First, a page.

A Navy contractor collects water samples from a granular activated carbon filter at Red Hill well on the outskirts of Honolulu, April 4, 2022.

A Navy contractor collects water samples from a granular activated carbon filter at Red Hill well on the outskirts of Honolulu, April 4, 2022. (Mar’Queon A. D. Tramble/U.S. Navy)

HONOLULU — The trauma of exposure to petroleum-contaminated tap water left a Navy spouse with neurological injuries, anxiety and fear of water, a psychiatrist testified in Hawaii federal court Wednesday.

Dr. Steven Storage said Nastasia Freeman, one of 17 plaintiffs in Feindt vs. United States, suffered health problems that resulted from consuming water tainted by jet fuel in November 2021.

Traumatic events impede the flow of blood into the front part of the brain, which manages high-level functions such as planning, organizing and controlling responses, Storage said on the stand.

The group of plaintiffs, which does not include any uniformed service members, claims to have suffered medical, emotional and financial injuries from a jet fuel spill that contaminated the Navy’s water system for military housing.

A spill at the Red Hill Bulk Fuel Storage Facility seeped into the groundwater and into one of the wells that served roughly 93,000 residents on and near Joint Base Pearl Harbor-Hickam.

More than 7,500 additional plaintiffs have joined several other lawsuits also seeking compensation.

U.S. District Court Judge Leslie Kobayashi is hearing the case without a jury.

Storage, who practices at Amen Clinics in Encino, Calif., began seeing Freeman in September 2022. She complained of dizziness, drowsiness, numbness, muscle spasms, tremors, brain fog and an impaired memory and slurred speech, he wrote in a declaration filed on behalf of the plaintiffs.

Freeman had moved to Hawaii in May 2021 with her husband, Koda Freeman, a Navy lieutenant, and their three children, according to a declaration she filed with the court.

The family moved into Aliamanu Military Reservation, one of the military housing communities closest to the Red Hill well.

Their problems with tainted water began on Thanksgiving Day, Nov. 25, 2021, a meal that sickened several guests. Within a few days the Freeman children were vomiting and suffering from diarrhea.

For much of her life, Freeman had a condition called temporal lobe epilepsy, but her seizures had been dormant for about two years.

With exposure to the tainted water, the seizures returned, Freeman states in the declaration. The family relocated to California in February 2022.

Among the tests and examinations performed under Storage’s care, Freeman was given a SPECT brain scan, which detects altered blood flow and indicates which parts of the brain are most and least active. It is used to diagnose conditions such as seizure, Parkinson’s, epilepsy and traumatic brain injury.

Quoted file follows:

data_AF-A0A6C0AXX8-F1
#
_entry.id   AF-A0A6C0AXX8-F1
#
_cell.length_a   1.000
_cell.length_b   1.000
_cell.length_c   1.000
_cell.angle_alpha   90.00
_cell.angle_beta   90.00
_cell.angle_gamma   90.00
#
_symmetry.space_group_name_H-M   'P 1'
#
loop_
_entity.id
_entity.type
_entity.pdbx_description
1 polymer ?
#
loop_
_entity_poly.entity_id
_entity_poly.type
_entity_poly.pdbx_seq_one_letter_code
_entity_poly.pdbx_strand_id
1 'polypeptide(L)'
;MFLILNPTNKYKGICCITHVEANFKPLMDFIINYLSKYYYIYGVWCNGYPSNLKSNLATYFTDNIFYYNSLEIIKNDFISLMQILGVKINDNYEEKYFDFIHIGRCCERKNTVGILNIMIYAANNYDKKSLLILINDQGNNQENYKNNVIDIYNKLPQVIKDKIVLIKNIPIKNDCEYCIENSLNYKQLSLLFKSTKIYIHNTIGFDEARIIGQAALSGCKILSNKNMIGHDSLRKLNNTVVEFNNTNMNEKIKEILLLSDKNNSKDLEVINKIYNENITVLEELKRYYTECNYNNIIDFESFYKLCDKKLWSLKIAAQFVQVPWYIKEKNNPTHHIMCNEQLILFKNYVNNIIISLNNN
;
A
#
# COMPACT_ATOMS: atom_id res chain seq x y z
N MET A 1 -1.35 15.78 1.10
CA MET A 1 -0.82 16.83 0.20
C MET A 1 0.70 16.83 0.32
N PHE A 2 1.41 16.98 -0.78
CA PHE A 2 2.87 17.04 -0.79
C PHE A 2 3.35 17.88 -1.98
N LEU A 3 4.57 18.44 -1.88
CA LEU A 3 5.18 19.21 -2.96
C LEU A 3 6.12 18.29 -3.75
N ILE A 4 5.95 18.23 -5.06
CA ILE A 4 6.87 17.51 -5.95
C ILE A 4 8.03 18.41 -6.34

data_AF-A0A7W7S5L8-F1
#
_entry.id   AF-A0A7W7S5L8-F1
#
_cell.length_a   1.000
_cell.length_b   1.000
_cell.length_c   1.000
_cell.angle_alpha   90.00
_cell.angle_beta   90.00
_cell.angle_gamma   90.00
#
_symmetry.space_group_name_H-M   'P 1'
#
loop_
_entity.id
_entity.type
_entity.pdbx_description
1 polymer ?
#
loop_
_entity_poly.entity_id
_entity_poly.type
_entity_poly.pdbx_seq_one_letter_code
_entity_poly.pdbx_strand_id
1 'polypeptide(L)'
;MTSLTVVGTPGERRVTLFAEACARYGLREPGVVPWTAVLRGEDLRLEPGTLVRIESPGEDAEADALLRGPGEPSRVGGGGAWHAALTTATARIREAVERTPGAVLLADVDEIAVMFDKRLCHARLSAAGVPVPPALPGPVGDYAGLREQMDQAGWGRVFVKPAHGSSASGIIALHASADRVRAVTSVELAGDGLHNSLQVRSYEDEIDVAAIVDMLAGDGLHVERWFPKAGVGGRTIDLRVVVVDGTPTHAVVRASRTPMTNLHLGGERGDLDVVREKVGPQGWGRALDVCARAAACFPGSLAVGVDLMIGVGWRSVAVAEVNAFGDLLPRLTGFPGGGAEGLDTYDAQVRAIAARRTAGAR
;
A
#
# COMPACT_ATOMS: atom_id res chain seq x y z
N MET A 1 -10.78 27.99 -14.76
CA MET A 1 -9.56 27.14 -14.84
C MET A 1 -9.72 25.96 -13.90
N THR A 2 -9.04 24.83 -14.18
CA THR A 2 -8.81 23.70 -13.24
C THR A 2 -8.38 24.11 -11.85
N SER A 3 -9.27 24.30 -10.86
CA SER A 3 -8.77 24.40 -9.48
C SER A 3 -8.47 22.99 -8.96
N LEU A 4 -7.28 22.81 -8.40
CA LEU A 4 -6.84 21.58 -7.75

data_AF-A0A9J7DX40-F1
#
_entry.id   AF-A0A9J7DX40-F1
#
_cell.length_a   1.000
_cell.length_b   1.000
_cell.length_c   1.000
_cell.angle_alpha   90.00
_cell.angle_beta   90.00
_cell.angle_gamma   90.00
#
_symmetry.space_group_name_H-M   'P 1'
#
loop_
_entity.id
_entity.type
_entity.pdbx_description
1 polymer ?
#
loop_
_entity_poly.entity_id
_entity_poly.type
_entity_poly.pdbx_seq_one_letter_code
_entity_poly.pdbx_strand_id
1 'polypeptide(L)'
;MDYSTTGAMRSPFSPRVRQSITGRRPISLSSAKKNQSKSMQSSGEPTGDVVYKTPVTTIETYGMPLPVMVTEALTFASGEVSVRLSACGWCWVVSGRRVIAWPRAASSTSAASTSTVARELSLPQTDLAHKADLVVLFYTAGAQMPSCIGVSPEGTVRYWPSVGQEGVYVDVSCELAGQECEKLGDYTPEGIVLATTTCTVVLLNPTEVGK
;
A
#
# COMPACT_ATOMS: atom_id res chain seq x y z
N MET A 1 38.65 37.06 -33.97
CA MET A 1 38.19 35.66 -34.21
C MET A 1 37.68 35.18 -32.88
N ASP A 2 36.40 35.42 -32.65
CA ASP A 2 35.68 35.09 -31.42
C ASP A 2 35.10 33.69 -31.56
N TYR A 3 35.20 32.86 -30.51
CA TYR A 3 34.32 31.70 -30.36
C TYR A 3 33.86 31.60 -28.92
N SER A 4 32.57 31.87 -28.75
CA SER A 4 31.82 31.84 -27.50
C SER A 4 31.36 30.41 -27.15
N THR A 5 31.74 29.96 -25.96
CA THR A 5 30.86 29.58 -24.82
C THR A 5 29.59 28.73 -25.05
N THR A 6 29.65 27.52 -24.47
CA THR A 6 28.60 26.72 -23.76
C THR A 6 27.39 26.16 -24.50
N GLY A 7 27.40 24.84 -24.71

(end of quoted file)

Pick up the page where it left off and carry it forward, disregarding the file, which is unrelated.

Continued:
“While there is one irregularity in Nastasia’s SPECT scan that can be attributed to her seizure disorder, the other indications of brain injury, taken with the temporal nature of her symptoms, her exposure to contaminated water, and her medical history, indicate injury to the brain from toxic exposure and the resulting trauma,” Storage wrote in his declaration.

On the stand, Storage said the circumstances of contaminated water coming into Freeman’s home would be particularly traumatic.

“Home is supposed to be a safe place,” he testified. “We are retreating from the world there. Our guard is down. It becomes much more traumatic because it is unexpected.

“Home no longer represents a place where you can live comfortably.”

Freeman discussed her fear of water with Storage, he said.

The plaintiffs’ attorney, Kristina Baehr, asked the psychiatrist if he thought that fear would be long lasting.

“I do,” Storage said. “It is very, very hard to shake a fear like that. You will second guess water wherever you are.”

Under cross examination by Justice Department attorney Eric Rey, Storage acknowledged that Freeman had not been diagnosed with post-traumatic stress disorder.

The government has acknowledged responsibility for the water contamination from the fuel leak but holds that the Navy’s quick response prevented widespread and lengthy exposure by residents of the housing areas.

The lines of cross examination by government attorneys since the trial began Monday suggests their defense will assert that the cause of maladies experienced by residents was largely due to preexisting conditions and situational stress.

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Wyatt Olson is based in the Honolulu bureau, where he has reported on military and security issues in the Indo-Pacific since 2014. He was Stars and Stripes’ roving Pacific reporter from 2011-2013 while based in Tokyo. He was a freelance writer and journalism teacher in China from 2006-2009.

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